For the calculation of the present value of the leasing payments, the Group uses the implicit interest rate in the agreement if it can easily be established and otherwise, the Group’s marginal borrowing rate as of the start date for the lease is used. After the start date of a lease, the lease liability increases to reflect the interest rate on the lease liability and decreases by the paid lease charges. The value of the lease liability is also restated as a result of modifications, changes to the leasing period, changes in leasing payments or changes in an assessment to buy the underlying asset.

Right of use assets

The Group recognizes right of use (ROU) assets in the statement of financial position at the start date for the lease. ROU assets are valued at cost less accumulated amortization and any impairment losses, and adjusted for revaluations of the lease liability. The cost of ROU assets includes the initial value that is recognized for the attributable lease liability, initial direct expenses, and any advance payments made at or before the start date for the lease less any discounts and the like received in connection with the signing of the lease.

On condition that BE Group is not reasonably certain that the Group will assume ownership of the underlying asset at the end of the lease, the ROU asset is amortized straight-line over the leasing period. For the leases where the Group is reasonably certain of assuming ownership, the ROU asset is amortized over the underlying asset’s useful life, as follows.

Useful life
Buildings and land 15–50 years
Cars 3–15 years
Equipment, tools, fixtures and fittings 3–10 years
Other 3–10 years

There are excemptions for recognition of the right of use asset and leasing liability for leases of minor value and contracts of a duration of no more than 12 months. The Group has chosen to not apply these exemption rules.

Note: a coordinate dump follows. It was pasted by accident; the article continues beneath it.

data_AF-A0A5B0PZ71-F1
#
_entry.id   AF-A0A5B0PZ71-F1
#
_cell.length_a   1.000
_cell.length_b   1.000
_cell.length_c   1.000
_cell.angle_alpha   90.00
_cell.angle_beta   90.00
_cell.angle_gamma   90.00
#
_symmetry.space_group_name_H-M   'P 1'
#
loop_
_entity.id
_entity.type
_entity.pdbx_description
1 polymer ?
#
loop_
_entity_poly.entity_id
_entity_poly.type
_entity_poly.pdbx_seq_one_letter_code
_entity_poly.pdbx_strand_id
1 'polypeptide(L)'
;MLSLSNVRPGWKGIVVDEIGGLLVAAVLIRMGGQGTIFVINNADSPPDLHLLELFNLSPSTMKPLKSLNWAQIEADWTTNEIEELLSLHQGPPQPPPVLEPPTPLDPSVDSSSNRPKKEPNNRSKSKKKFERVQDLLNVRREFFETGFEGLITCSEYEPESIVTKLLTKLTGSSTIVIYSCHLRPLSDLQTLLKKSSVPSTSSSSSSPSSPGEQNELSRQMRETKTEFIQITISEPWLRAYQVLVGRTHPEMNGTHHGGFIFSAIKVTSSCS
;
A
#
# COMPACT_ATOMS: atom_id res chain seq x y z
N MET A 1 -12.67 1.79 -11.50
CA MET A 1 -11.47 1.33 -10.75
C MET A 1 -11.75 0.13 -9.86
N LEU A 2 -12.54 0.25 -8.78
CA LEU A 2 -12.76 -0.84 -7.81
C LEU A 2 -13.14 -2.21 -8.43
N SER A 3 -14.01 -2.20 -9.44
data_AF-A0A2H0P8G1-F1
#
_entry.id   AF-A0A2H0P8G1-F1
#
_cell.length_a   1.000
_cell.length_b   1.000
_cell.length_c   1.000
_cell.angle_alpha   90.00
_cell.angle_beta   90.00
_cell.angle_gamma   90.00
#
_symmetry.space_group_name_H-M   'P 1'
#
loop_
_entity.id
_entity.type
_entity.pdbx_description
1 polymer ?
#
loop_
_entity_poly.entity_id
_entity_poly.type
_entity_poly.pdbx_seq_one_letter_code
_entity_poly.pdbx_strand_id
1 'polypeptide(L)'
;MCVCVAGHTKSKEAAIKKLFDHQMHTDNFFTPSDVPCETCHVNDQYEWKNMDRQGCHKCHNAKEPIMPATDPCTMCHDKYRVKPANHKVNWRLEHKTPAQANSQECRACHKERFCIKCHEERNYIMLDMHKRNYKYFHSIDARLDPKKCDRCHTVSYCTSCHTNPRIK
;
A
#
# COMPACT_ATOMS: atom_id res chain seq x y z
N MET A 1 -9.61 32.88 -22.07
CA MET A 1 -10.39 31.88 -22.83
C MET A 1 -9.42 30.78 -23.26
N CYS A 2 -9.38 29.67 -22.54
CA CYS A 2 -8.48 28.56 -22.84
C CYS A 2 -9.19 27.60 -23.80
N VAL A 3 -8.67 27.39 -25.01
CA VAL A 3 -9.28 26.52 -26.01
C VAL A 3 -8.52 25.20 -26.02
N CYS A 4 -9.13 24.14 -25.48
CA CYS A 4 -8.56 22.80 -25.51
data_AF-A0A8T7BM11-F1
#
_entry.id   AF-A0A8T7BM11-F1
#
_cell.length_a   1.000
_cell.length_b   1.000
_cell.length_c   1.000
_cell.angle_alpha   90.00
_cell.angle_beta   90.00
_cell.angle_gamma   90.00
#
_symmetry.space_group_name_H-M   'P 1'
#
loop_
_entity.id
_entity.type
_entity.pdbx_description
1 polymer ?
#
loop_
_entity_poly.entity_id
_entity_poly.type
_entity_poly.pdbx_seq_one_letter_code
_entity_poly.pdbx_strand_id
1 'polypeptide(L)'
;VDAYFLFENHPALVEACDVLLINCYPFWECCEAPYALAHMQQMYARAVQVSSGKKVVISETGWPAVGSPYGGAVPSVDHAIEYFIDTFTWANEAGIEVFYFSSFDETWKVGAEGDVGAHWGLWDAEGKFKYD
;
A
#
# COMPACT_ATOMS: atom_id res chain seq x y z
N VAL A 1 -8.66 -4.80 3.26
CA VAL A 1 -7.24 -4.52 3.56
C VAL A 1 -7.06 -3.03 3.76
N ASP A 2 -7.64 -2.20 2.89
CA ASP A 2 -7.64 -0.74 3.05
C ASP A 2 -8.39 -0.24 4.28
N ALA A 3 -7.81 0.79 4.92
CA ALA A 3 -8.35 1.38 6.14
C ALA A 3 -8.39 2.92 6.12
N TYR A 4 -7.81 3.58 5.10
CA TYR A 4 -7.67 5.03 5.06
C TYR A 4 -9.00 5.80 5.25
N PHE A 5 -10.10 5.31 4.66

Segment reporting

An operating segment is a component of the Group that conducts business operations from which it can derive revenues and incur expenses, including intra-group transactions and whose operating result is reviewed regularly by the Group’s senior executives as a basis for the allocation of resources to the segment and the assessment of its results. Independent financial information shall also be available for components of the Group defined as segments. BE Group has defined the concept of “senior executives” as Group Management.

The Group’s primary basis for identifying segments is geographical areas. The Internal management is based primarily on reporting and follow-up of returns from the Group’s geographical areas. The geographical areas are grouped by country or group of countries, based on similarities with regard to risks and returns. For additional information on operating segments, please see Note 1 Operating segments.

Earnings per share

The calculation of earnings per share is based on the profit for the period within the Group which is attributable to the Parent Company’s shareholders and on the weighted average number of outstanding shares during the year. In calculating earnings per share before and after dilution, the average number of shares is adjusted to take into consideration the effects of the Share Savings program.

Cash Flow Statement

The Cash Flow Statement is prepared using the indirect method. Reported cash flow covers only transactions that result in incoming and outgoing payments.

Government grants

Government grants linked to Covid-19 is recognized at fair value when there is a reasonable certainty that the grant will be received and that BE Group will meet the conditions associated with the grant. All grants are recognized in the income statement as a cost reduction over the same period as the costs that the grants are intended to cover; see Note 2 and Note 17.

Parent Company accounting principles

The Parent Company has prepared its Annual Report in accordance with the annual accounts act (1995:1554) and the Swedish Financial Reporting Board’s recommendation RFR 2 Accounting for legal entities (Sept. 2012). Published statements by the Swedish Financial Reporting Board for listed companies are also applied. RFR 2 means that the Parent Company, in the annual report for the legal entity, must apply all EU-approved IFRS and statements as far as this is possible within the framework of the Swedish law on the safeguarding of pension commitments and taking the connection into account between reporting and taxation. The recommendation specifies exemptions and additions to IFRS that shall be made.

Classification and presentation

The Parent Company’s Income Statement and Balance Sheet are prepared in accordance with the model detailed in the Annual Accounts Act, while the report on comprehensive profit/loss, Statement of Changes in Equity and the Statement of Cash Flows are based on IAS 1 Presentation of Financial Statements and IAS 7 Statement of Cash Flows respectively. The differences in the Income Statement and Balance Sheet of the Parent Company compared with the consolidated accounts mainly involve the reporting of financial revenues and expenses, assets and equity.